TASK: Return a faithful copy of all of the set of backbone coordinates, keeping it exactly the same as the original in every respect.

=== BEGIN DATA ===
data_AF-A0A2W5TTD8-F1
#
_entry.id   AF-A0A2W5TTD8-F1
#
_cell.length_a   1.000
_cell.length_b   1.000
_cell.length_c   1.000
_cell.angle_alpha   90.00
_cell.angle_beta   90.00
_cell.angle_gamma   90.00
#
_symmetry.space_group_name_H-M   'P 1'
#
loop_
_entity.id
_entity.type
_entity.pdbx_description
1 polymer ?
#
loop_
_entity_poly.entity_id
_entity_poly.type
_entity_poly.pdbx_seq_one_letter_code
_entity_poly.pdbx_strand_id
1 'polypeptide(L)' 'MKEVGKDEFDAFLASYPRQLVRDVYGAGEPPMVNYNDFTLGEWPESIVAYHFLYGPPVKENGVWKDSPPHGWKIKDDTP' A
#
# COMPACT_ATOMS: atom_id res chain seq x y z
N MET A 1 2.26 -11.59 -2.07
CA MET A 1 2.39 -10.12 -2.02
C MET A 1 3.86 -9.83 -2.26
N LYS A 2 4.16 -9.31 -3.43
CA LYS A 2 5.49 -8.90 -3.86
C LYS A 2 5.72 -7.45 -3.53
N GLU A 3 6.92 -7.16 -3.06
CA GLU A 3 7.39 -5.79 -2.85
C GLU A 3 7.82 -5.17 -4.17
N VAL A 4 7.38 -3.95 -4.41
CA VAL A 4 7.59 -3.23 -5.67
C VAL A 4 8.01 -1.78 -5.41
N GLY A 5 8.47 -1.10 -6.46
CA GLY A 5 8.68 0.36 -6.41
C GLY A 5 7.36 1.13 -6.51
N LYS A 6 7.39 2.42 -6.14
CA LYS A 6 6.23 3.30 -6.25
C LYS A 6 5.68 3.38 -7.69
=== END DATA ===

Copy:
data_AF-A0A2W5TTD8-F1
#
_entry.id   AF-A0A2W5TTD8-F1
#
_cell.length_a   1.000
_cell.length_b   1.000
_cell.length_c   1.000
_cell.angle_alpha   90.00
_cell.angle_beta   90.00
_cell.angle_gamma   90.00
#
_symmetry.space_group_name_H-M   'P 1'
#
loop_
_entity.id
_entity.type
_entity.pdbx_description
1 polymer ?
#
loop_
_entity_poly.entity_id
_entity_poly.type
_entity_poly.pdbx_seq_one_letter_code
_entity_poly.pdbx_strand_id
1 'polypeptide(L)' 'MKEVGKDEFDAFLASYPRQLVRDVYGAGEPPMVNYNDFTLGEWPESIVAYHFLYGPPVKENGVWKDSPPHGWKIKDDTP' A
#
# COMPACT_ATOMS: atom_id res chain seq x y z
N MET A 1 2.26 -11.59 -2.07
CA MET A 1 2.39 -10.12 -2.02
C MET A 1 3.86 -9.83 -2.26
N LYS A 2 4.16 -9.31 -3.43
CA LYS A 2 5.49 -8.90 -3.86
C LYS A 2 5.72 -7.45 -3.53
N GLU A 3 6.92 -7.16 -3.06
CA GLU A 3 7.39 -5.79 -2.85
C GLU A 3 7.82 -5.17 -4.17
N VAL A 4 7.38 -3.95 -4.41
CA VAL A 4 7.59 -3.23 -5.67
C VAL A 4 8.01 -1.78 -5.41
N GLY A 5 8.47 -1.10 -6.46
CA GLY A 5 8.68 0.36 -6.41
C GLY A 5 7.36 1.13 -6.51
N LYS A 6 7.39 2.42 -6.14
CA LYS A 6 6.23 3.30 -6.25
C LYS A 6 5.68 3.38 -7.69